Political observers in Pakistan believe that the army chief General Perwez Ashfaq Kayani’s comment that the army would stay out of politics was yet another indication that President Pervez Musharraf may soon step down.
General Kayani told corps commanders on Thursday that an impression was being created that there was a rift between the army and President Pervez Musharraf. He emphasised that it was untrue, adding “the army will not get involved in politics and will stay away from controversies”.
This is being interpreted as a signal that the army is distancing itself from the current controversy over convening the first post poll session of parliament which some politicians are saying is being “unnecessarily delayed by the President”.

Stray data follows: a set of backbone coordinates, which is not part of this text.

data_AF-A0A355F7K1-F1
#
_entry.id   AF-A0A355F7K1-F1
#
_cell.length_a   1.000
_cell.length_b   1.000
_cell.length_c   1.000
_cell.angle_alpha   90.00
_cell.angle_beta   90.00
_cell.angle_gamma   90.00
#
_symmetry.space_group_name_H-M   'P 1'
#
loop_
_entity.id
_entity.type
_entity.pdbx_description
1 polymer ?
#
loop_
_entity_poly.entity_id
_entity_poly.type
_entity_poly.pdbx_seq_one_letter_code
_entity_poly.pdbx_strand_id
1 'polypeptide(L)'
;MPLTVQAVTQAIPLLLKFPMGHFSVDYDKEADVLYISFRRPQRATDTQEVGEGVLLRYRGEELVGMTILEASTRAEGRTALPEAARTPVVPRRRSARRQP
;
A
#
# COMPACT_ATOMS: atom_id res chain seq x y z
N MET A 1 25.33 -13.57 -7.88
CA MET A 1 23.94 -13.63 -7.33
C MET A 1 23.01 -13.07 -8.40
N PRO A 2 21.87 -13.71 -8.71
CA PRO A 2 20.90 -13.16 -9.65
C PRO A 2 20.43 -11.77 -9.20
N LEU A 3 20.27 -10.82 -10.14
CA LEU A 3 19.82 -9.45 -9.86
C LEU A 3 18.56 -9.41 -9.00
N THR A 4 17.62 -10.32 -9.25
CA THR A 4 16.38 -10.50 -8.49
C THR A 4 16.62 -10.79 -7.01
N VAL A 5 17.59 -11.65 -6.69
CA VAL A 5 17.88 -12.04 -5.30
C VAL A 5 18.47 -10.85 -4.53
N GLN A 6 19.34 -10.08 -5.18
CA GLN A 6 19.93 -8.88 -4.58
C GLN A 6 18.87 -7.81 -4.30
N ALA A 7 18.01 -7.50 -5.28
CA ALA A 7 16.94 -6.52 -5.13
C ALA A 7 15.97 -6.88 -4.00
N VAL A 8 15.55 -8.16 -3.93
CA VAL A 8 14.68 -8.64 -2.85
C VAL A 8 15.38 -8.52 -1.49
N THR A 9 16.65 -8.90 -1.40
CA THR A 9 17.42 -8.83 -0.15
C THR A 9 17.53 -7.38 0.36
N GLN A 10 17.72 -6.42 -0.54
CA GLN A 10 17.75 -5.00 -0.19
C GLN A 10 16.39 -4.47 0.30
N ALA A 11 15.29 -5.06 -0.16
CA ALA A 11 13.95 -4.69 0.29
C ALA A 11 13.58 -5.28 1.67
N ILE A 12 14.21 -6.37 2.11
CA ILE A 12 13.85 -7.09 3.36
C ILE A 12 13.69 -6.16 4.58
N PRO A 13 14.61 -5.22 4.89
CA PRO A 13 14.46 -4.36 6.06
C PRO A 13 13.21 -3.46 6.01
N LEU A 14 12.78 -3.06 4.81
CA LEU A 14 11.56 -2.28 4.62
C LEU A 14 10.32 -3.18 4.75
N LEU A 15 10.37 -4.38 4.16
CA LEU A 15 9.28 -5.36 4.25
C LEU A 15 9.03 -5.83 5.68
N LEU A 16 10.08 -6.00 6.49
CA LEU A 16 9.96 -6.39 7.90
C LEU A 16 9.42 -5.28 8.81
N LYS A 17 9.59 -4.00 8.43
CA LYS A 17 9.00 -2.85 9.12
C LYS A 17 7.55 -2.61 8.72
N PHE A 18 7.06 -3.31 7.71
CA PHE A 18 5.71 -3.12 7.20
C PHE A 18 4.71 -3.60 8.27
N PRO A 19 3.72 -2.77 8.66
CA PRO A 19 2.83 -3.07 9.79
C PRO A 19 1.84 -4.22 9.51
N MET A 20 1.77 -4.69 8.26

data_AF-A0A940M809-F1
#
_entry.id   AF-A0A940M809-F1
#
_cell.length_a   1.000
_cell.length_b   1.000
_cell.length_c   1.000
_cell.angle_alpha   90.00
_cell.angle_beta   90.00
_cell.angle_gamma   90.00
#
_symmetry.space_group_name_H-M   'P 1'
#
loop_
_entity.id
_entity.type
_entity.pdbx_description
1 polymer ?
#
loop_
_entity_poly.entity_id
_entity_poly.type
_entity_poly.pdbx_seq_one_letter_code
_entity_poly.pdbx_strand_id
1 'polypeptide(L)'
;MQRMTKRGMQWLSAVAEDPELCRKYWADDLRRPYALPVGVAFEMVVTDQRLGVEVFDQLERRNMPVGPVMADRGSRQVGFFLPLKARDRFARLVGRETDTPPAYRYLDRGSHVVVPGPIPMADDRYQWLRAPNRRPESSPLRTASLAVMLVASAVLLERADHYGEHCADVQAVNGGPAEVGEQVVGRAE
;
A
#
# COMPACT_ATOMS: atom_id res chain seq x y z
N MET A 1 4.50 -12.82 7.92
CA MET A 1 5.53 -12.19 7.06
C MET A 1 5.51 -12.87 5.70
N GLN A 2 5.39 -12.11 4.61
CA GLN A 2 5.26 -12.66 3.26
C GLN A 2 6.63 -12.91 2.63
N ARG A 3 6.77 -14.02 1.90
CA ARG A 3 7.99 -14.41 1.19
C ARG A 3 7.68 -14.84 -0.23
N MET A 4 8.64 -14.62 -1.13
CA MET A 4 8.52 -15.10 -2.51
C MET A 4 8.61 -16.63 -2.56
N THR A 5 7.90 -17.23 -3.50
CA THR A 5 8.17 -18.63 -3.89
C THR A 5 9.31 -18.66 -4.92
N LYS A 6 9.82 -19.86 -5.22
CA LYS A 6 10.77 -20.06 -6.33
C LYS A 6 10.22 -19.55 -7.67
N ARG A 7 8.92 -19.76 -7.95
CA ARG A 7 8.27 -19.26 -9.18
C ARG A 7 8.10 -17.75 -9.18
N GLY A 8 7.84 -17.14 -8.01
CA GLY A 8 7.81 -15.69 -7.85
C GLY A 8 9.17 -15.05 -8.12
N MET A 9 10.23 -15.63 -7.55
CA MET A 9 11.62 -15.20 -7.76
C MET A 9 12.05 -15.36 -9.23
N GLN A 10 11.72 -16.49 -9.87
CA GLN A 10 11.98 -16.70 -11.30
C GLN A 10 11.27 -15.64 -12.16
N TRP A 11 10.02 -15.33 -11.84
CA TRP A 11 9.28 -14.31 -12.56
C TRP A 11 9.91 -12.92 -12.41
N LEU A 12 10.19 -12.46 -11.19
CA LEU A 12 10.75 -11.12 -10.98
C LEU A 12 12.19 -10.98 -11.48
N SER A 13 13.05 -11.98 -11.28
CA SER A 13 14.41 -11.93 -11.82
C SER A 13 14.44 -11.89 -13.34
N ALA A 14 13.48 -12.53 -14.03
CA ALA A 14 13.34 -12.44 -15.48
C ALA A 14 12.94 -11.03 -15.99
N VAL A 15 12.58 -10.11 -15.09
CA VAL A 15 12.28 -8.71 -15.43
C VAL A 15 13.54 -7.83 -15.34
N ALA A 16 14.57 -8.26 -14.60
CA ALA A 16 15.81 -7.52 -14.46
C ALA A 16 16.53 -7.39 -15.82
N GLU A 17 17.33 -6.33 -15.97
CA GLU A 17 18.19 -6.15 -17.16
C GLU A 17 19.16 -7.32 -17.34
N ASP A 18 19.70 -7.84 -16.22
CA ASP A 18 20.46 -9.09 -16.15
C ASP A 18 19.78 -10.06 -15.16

Kayani in his address said he was optimistic that there would be a harmonious relationship between the various pillars of the Pakistani state, as envisaged in the constitution.
Earlier this week, President Musharraf in a meeting with Kayani had praised the role of the army in ensuring security during general elections. Seemingly it was a step by the army chief to show that the army was behind the president. But Thursday’s address by the army chief has put paid to that theory.
The meeting came after rumours surfaced that President Musharraf was about to resign. Officials have described all such rumours as “unfortunate”. Local media quoted a senior official as saying: “There is nothing like quitting, stepping down or leaving the country by the President.”
The rumours of Musharraf’s departure have also hit the stock market as business circles this might affect the relatively consistent economic policies that have been pursued in the past few years.
But there are others who argue that Musharraf’s resignation will actually help end the political uncertainty in the country. “The army chief and the Pakistan Peoples Party already enjoy a working relationship,” said a stock market analyst.